TAYLOR COUNTY—It’s been approximately three months since the suspension (and eventual cancellation) of multiple winter and fall sports, but high school athletes around the state could return to their practice facilities for offseason conditioning as early as Monday.
Last week, the WVSSAC provided guidelines regarding how teams should proceed in their attempts to get back to sport-specific practices and conditioning. According to WVSSAC Executive Director Bernie Dolan, the recommendations focus on student-athlete safety and the preparation needed for athletes to get into shape for their upcoming seasons.
“That’s really what we were torn with, Dolan stated. “You know everybody is chomping at the bit after being out for three months and we wanted to make sure that it was a controlled, safe environment on their way back in. Part of that is the social, emotional, and physical well-being of the student-athletes and the coaches to get back and be part of a team as they try to restart a new normal life.”
The three-week summer “live” period is being reworked throughout the state on a county-by-county basis and that period will happen during Phase 3 of the three-step plan, although teams cannot compete against other schools in 7-on-7 scrimmages or basketball tournaments during this phase.
“Ultimately, we are trying to keep our kids as safe as possible so that we don’t have any outbreaks in June or July that interfere with August and September when we are starting to play,” explained Dolan.
Dolan said that due to the ever-changing landscape of the current pandemic, there will almost have to be revisions to the original plans.
“We have said this is a living document and as guidance changes, our guidance may change. At the end of every week, we’ll probably have to reevaluate and see if anything changes on our guidance for future.”
Various counties will be participating in the phases during different dates and times. More information will be posted about those dates and times as information becomes available.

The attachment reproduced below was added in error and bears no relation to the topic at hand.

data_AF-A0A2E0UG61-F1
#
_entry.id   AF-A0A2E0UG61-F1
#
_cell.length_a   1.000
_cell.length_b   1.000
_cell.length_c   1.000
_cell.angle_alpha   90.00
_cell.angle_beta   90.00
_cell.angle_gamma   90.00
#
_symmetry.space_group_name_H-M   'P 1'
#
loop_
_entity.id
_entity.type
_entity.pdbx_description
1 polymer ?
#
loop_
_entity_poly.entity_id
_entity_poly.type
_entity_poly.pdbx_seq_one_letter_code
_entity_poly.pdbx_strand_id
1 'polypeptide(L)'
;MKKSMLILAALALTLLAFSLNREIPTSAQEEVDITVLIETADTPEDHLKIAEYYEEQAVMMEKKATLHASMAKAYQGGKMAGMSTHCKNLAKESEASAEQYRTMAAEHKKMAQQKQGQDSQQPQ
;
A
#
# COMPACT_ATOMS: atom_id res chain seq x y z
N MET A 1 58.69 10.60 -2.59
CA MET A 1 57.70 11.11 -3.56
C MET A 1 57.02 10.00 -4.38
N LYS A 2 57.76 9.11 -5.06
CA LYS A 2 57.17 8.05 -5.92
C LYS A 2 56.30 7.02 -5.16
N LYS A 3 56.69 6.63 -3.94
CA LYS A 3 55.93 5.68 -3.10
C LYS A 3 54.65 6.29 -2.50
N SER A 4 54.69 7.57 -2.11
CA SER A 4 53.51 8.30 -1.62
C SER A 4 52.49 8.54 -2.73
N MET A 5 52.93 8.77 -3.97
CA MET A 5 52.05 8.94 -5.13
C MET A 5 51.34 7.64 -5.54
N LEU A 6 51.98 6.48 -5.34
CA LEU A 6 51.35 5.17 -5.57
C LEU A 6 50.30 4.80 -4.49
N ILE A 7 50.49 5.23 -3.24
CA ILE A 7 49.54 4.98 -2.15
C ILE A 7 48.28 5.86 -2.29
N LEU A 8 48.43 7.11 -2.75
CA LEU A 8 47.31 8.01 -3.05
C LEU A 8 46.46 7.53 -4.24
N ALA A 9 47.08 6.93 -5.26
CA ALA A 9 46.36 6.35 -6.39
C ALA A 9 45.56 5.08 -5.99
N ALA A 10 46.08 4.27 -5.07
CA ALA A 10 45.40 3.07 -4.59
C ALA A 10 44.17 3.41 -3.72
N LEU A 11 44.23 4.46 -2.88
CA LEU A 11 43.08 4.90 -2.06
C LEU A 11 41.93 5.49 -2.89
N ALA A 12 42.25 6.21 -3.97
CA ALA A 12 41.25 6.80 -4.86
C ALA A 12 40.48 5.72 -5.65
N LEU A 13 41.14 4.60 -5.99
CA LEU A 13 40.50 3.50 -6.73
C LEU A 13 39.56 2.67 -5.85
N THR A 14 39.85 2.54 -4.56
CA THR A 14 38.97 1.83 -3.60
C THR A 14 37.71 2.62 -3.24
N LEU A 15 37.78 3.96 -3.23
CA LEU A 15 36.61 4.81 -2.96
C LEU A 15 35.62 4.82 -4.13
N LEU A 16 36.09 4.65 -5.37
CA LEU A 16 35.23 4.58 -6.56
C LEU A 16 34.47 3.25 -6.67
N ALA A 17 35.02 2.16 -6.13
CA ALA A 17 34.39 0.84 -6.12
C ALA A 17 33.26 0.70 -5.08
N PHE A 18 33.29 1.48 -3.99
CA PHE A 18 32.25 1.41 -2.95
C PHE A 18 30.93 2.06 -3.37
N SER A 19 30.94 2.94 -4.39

The seven scheduled weeks of conditioning and practices should provide a further gauge of how the state will continue to monitor the coronavirus pandemic.
“I think it is going to help our schools,” Dolan added. “First of all, we are going to know if we are going to have any outbreaks or whether or not we are still doing a good job of trying to contain it. It will also help schools come the first day of school, and the first day of real practice when you have a number of kids coming. The four weeks of conditioning and the three weeks of the summer period, I certainly think those are trial runs for regular practice.”
In what is always a challenge for prep sports due to the landscape of the state and teams’ inability/unwillingness to travel, is that 47 of West Virginia’s 113 high school football teams have a game scheduled this upcoming season against an out-of-state opponent. Madonna and Wheeling Central have eight out-of-state games scheduled. Magnolia has seven, and half of Jefferson and Paden City’s schedule are against out-of-state opponents. It wouldn’t come as a surprise to see a West Virginia school have one or more of those games canceled depending on conditions in the opponent school’s state.
In addition, according to SSAC policy, a team must play at least six opponents in their class (or higher) and a minimum of eight total games to become eligible for the WV high school football playoffs. A waiver can be granted for a team whose contractual opponent recently changed classifications. Dolan says those requirements could be adjusted if necessary.
“Looking at the number of schools you have to play in your class as well as the number of games you have to have, both of those will be looked at if we anticipate any issues.”
The first football games of the 2020 season are scheduled to be played during the week of August 24th. Dolan said although it is too early to tell how the spectator situation will unfold with current social distancing guidelines, schools are preparing for different ways to limit the exposure to each other as they enter and exit games.
“I think we are too far away from saying we will have a hundred percent capacity, eighty percent capacity, or whatever,” Dolan concluded. “But I do think people can start looking at how we get people in and out of games without having to stand in line. Do we push online ticketing so that you know you have a ticket? You don’t come up to the gate and find out that you don’t, or it is sold out because it could be a smaller venue?”
That and many other concerns will need to be addressed by county school systems in the upcoming weeks.